Converting .dsl files to Kindle dictionaries

In this post, I will describe how to convert dictionaries in ABBYY Lingvo’s format to mobi dictionaries that can work with Kindle.

I will assume that you already have appropriate .dsl files. The first step is to make sure that .dsl files use UTF-8 encoding. We may check a file encoding using file command:

$ file dict.dsl 
dict.dsl: Little-endian UTF-16 Unicode text, with CRLF line terminators

If you see something different than UTF-8 Unicode (with BOM), as in the above example, then you have to convert the files to UTF-8 first. We may use iconv for this purpose:

iconv -f UTF-16LE -t UTF-8 dict.dsl -o dict-utf8.dsl

We need to make sure that .dsl files does not contain metadata info (lines starting with # at the beginning of the file):

#NAME "Foo Dictionary"                                        
#INDEX_LANGUAGE "Russian"                                                
#CONTENTS_LANGUAGE  "Polish"                                             

If you see lines starting with # as in the above example, please remove them.

Next we need to grab dsl2mobi:

git clone

# Do I have ruby?
ruby -v
sudo apt install ruby

You need to have ruby installed on your machine for the script to work. Actually I don’t like running someone else’s code on my machine, so I ran the script inside a virtual machine (which, for security reasons, I also recommend you to do).

Now we can execute the script:

cd dsl2mobi
chmod +x ./dsl2mobi.rb

./dsl2mobi.rb -w ./wordforms/forms-RU.txt \
 -i ~/path-to/dict-utf8.dsl \
 -o ~/output-dir

In a lot of languages, the same word can occur in different forms, for example in English the word “write” can occur in forms: wrote, written, writes. We want our dictionary to recognize all these variations, and for this reason we need the so called wordforms. Fortunately for us dsl2mobi comes with a buildin wordforms files for several languages. If you want to create a dictionary from e.g. Russian to Polish you need to use Russian wordforms (as in our example). If you want to create a dictionary from English to Russian you would need to use English wordforms, etc.

dsl2mobi should create at least two files in the output-dir, one with .html extension (containing actual content) and one with .opf extension (containing metadata).

Next we need to grab KindleGen from Amazon to actually generate mobi files:

./kindlegen  ~/output-dir/dict.opf -o -verbose -c2

We use -c2 option to compress the dictionary.

Unfortunately, in my case kindlegen does not wanted to convert .opf file generated by dsl2mobi. To make it work, I needed to edit my .opf file to:

<?xml version="1.0"?><!DOCTYPE package SYSTEM "oeb1.ent">
<package unique-identifier="uid">
    <dc-metadata xmlns:dc="" xmlns:oebpackage="">
      <dc:Identifier id="uid">dic</dc:Identifier>
      <!-- Title of the document -->
      <dc:Title>Ru-Pl Dictionary</dc:Title>
      <dc:Subject BASICCode="REF008000">Dictionaries</dc:Subject>
      <dc:Description>Generated by Dsl2Mobi-1.2-dev on 2019-11-28.</dc:Description>
      <output encoding="utf-8" content-type="text/x-oeb1-document" />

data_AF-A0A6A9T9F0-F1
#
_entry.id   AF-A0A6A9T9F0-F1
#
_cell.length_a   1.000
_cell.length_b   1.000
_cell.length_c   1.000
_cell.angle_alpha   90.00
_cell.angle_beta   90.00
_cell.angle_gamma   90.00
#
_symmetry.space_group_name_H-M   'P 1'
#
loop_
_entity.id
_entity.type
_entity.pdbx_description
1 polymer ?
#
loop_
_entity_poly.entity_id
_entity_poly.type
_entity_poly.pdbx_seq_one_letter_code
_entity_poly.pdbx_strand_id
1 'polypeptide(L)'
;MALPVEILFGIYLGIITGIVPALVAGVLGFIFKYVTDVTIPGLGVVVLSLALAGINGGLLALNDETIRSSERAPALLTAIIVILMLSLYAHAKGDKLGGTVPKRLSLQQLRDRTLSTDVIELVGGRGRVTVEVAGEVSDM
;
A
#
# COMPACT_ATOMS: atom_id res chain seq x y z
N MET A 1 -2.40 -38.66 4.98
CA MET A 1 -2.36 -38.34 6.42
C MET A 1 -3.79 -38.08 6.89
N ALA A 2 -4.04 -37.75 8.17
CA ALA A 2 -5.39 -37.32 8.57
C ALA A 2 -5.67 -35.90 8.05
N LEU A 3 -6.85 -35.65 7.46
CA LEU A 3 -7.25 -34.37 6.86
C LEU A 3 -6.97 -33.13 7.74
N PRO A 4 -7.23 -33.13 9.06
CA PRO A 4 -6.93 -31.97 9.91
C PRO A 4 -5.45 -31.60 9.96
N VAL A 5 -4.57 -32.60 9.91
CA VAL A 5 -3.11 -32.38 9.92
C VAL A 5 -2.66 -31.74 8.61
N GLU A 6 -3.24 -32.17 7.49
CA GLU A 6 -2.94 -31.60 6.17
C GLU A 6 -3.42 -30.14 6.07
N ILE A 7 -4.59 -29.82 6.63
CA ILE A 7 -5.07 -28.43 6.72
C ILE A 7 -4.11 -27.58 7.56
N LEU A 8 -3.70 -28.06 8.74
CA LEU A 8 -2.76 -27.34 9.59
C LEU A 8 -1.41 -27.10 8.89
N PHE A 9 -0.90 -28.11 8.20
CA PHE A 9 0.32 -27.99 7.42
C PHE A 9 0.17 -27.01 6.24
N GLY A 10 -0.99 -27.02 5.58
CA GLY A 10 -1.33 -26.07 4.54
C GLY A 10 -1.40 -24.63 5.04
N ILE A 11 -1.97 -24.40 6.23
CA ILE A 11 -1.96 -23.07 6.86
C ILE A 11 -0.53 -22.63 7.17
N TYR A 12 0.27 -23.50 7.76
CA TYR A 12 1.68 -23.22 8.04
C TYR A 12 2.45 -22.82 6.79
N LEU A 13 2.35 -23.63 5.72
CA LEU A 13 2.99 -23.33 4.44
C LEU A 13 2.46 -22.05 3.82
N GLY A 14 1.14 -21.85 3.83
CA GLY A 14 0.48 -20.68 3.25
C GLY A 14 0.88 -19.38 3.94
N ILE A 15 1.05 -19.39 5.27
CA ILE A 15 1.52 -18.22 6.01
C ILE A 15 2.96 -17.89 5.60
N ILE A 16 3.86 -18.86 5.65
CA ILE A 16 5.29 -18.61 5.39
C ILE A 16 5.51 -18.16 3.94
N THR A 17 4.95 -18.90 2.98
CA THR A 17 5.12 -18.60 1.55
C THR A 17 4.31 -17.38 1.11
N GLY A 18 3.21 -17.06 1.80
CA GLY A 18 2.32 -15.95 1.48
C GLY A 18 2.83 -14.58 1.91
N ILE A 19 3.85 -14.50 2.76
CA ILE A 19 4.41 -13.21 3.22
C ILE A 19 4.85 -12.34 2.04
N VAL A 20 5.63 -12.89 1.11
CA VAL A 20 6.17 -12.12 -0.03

<!-- list of all the files needed to produce the .mobi file -->
    <item id="item1" media-type="text/x-oeb1-document" href="dict.html"></item>

  <!-- list of the html files in the correct order  -->
    <itemref idref="item1"/>

   <reference type="toc" title="Table of Contents" href="dict.html#toc"></reference>

Also make that DictionaryInLanguage and DictionaryOutLanguage tags have proper values, otherwise your dict may not work on Kindle.

I also had to change the beginning of the dict.html file to:

<?xml version="1.0" encoding="utf-8"?>
<html xmlns:idx="" xmlns:mbp="" xmlns:xlink="">
  <link rel="stylesheet" type="text/css" href="dic.css"/>
    <meta http-equiv="Content-Type" content="text/html;charset=UTF-8" />
      <h1>Generated by Dsl2Mobi-1.2-dev</h1>
      <hr />
    <mbp:pagebreak />
    <a name="toc"></a>
    <mbp:pagebreak />

<a name="#а"/>
<idx:entry name="word" scriptable="yes">
<font size="6" color="#002984"><b><idx:orth>а
<idx:orth value="a"/>
<div class="dsl_m0"><span class="dsl_p"><i><font color="green">Spójnik</font></i></span></div>

After these changes I was able to generate a .mobi file that worked perfectly with my Kindle.

If your dictionary is really huge (the .html file bigger than 20MB), KindleGen may either take a lot of time (a few hours) or it may not finish at all. In this case I advice you to split, the single .html files into three or four smaller files (each should be less than 20MB), and then to add them as “chapters” to the .opf file:

  <!-- list of all the files needed to produce the .mobi file -->
    <item id="item1" media-type="text/x-oeb1-document" href="dict-1.html"></item>
    <item id="item2" media-type="text/x-oeb1-document" href="dict-2.html"></item>
    <item id="item3" media-type="text/x-oeb1-document" href="dict-3.html"></item>
    <item id="item4" media-type="text/x-oeb1-document" href="dict-4.html"></item>

  <!-- list of the html files in the correct order  -->
    <itemref idref="item1"/>
    <itemref idref="item2"/>
    <itemref idref="item3"/>
    <itemref idref="item4"/>

You can use wc, head and tail for the splitting:

$ cat dict.html | wc -l
$ echo $((1792747 / 2))
$ cat dict.html | head -n 896373 > dict-1-2.html
$ cat dict.html | tail -n +896373 > dict-3-4.html
# Split files one more time to have four parts

Then you have to use vim or other editor to make sure that all files have proper <head> sections, and are properly ended with </body></html>. You will also have to make sure that dictionary entries are not split across the files. They are quite easy to recognize, as they usually start with <a> tag followed by <idx:entry> tag.

KindleGen needed around 1h of time to convert 80MB split into four parts, so be prepared to wait for a bit.